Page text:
Even by the standards of quantum physicists, strange metals are just plain odd. The materials are related to high-temperature superconductors and have surprising connections to the properties of black holes. Electrons in strange metals dissipate energy as fast as they’re allowed to under the laws of quantum mechanics, and the electrical resistivity of a strange metal, unlike that of ordinary metals, is proportional to the temperature.

    Generating a theoretical understanding of strange metals is one of the biggest challenges in condensed matter physics. Now, using cutting-edge computational techniques, researchers from the Flatiron Institute in New York City and Cornell University have solved the first robust theoretical model of strange metals. The work reveals that strange metals are a new state of matter, the researchers report July 22 in the Proceedings of the National Academy of Sciences.

    “The fact that we call them strange metals should tell you how well we understand them,” says study co-author Olivier Parcollet, a senior research scientist at the Flatiron Institute’s Center for Computational Quantum Physics (CCQ). “Strange metals share remarkable properties with black holes, opening exciting new directions for theoretical physics.”

    In addition to Parcollet, the research team consisted of Cornell doctoral student Peter Cha, CCQ associate data scientist Nils Wentzell, CCQ director Antoine Georges, and Cornell physics professor Eun-Ah Kim.

    In the quantum mechanical world, electrical resistance is a byproduct of electrons bumping into things. As electrons flow through a metal, they bounce off other electrons or impurities in the metal. The more time there is between these collisions, the lower the material’s electrical resistance.

    For typical metals, electrical resistance increases with temperature, following a complex equation. But in unusual cases, such as when a high-temperature superconductor is heated just above the point where it stops superconducting, the equation becomes much more straightforward. In a strange metal, electrical conductivity is linked directly to temperature and to two fundamental constants of the universe: Planck’s constant and Boltzmann’s constant. Consequently, strange metals are also known as Planckian metals.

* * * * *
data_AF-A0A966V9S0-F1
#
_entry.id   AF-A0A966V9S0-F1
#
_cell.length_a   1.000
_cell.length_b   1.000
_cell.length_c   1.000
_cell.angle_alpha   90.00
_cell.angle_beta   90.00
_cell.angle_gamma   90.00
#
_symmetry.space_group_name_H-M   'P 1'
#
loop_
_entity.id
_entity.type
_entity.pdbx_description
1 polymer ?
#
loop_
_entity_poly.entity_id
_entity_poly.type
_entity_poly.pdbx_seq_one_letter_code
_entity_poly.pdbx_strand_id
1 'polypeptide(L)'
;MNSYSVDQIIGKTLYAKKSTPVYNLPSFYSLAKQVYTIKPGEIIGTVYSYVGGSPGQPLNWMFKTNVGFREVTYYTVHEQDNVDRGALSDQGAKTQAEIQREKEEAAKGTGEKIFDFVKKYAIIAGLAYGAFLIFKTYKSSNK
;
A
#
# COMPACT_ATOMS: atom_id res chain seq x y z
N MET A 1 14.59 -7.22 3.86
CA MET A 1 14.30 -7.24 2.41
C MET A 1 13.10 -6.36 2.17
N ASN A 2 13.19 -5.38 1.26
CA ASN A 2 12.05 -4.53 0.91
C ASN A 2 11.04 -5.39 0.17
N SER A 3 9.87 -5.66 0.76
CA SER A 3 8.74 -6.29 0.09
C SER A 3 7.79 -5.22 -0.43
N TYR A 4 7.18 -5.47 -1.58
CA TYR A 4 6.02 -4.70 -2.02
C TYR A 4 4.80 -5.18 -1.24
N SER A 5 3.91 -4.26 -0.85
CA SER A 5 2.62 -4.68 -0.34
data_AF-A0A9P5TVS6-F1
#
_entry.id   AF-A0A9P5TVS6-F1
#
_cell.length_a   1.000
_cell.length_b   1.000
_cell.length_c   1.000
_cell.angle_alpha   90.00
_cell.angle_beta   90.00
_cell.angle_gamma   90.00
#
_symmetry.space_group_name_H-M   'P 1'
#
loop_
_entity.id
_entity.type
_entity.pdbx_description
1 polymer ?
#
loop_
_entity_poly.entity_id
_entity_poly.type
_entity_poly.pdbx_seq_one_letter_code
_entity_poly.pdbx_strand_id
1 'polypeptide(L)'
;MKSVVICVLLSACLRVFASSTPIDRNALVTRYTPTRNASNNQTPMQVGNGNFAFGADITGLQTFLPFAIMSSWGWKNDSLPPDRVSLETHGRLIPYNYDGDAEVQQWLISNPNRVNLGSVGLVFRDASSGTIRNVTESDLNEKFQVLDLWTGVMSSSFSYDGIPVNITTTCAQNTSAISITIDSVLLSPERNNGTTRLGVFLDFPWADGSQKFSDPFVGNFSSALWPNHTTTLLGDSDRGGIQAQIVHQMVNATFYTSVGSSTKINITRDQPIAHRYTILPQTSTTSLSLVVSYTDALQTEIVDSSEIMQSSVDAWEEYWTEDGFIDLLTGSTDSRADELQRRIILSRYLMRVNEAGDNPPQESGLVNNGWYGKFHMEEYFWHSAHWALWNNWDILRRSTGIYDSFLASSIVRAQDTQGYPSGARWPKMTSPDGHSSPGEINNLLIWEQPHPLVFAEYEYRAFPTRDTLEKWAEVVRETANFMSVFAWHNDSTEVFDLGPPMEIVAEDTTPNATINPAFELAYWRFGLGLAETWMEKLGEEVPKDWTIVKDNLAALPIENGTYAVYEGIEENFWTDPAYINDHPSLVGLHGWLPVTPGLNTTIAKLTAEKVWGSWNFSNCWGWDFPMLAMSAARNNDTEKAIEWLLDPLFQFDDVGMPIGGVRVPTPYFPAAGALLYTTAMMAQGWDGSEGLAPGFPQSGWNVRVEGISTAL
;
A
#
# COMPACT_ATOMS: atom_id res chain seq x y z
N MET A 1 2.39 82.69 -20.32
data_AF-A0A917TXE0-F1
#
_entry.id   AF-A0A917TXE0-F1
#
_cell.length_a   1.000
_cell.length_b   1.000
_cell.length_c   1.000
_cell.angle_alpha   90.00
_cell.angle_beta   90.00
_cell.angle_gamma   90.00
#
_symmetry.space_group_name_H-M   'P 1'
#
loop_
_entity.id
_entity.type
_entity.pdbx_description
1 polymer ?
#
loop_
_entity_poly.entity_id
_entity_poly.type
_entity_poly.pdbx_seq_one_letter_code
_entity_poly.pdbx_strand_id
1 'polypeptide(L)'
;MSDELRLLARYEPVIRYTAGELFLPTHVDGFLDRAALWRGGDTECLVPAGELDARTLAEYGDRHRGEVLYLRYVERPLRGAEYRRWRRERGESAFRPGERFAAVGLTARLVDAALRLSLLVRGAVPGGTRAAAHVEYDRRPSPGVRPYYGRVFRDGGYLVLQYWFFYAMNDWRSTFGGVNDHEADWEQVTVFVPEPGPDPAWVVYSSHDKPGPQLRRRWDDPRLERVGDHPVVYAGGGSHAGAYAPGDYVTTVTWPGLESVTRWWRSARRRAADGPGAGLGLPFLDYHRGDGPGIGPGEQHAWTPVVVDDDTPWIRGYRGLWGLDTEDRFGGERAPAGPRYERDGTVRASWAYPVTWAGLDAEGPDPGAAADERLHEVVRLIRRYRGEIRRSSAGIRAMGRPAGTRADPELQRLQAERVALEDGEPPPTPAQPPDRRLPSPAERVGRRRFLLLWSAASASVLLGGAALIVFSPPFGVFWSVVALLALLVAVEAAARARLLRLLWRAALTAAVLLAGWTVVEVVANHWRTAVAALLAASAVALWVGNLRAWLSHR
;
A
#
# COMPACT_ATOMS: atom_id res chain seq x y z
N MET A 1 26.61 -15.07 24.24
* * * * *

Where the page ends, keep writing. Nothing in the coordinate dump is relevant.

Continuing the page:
Models of strange metals have existed for decades, but accurately solving such models proved out of reach with existing methods. Quantum entanglements between electrons mean that physicists can’t treat the electrons individually, and the sheer number of particles in a material makes the calculations even more daunting.

    Cha and his colleagues employed two different methods to crack the problem. First, they used a quantum embedding method based on ideas developed by Georges in the early ’90s. With this method, instead of performing detailed computations across the whole quantum system, physicists perform detailed calculations on only a few atoms and treat the rest of the system more simply. They then used a quantum Monte Carlo algorithm (named for the Mediterranean casino), which uses random sampling to compute the answer to a problem. The researchers solved the model of strange metals down to absolute zero (minus 273.15 degrees Celsius), the unreachable lower limit for temperatures in the universe.

    The resulting theoretical model reveals the existence of strange metals as a new state of matter bordering two previously known phases of matter: Mott insulating spin glasses and Fermi liquids. “We found there is a whole region in the phase space that is exhibiting a Planckian behavior that belongs to neither of the two phases that we’re transitioning between,” Kim says. “This quantum spin liquid state is not so locked down, but it’s also not completely free. It is a sluggish, soupy, slushy state. It is metallic but reluctantly metallic, and it’s pushing the degree of chaos to the limit of quantum mechanics.”

    The new work could help physicists better understand the physics of higher-temperature superconductors. Perhaps surprisingly, the work has links to astrophysics. Like strange metals, black holes exhibit properties that depend only on temperature and the Planck and Boltzmann constants, such as the amount of time a black hole ‘rings’ after merging with another black hole. “The fact that you find this same scaling across all these different systems, from Planckian metals to black holes, is fascinating,” Parcollet says.

    For more information, please contact Stacey Greenebaum at press@simonsfoundation.org.

    See the full article here.

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    Mission and Model

    The Simons Foundation’s mission is to advance the frontiers of research in mathematics and the basic sciences.

    Co-founded in New York City by Jim and Marilyn Simons, the foundation exists to support basic — or discovery-driven — scientific research undertaken in the pursuit of understanding the phenomena of our world.

    The Simons Foundation’s support of science takes two forms: We support research by making grants to individual investigators and their projects through academic institutions, and, with the launch of the Flatiron Institute in 2016, we now conduct scientific research in-house, supporting teams of top computational scientists.

     
  • richardmitnick 11:15 am on April 16, 2020 Permalink | Reply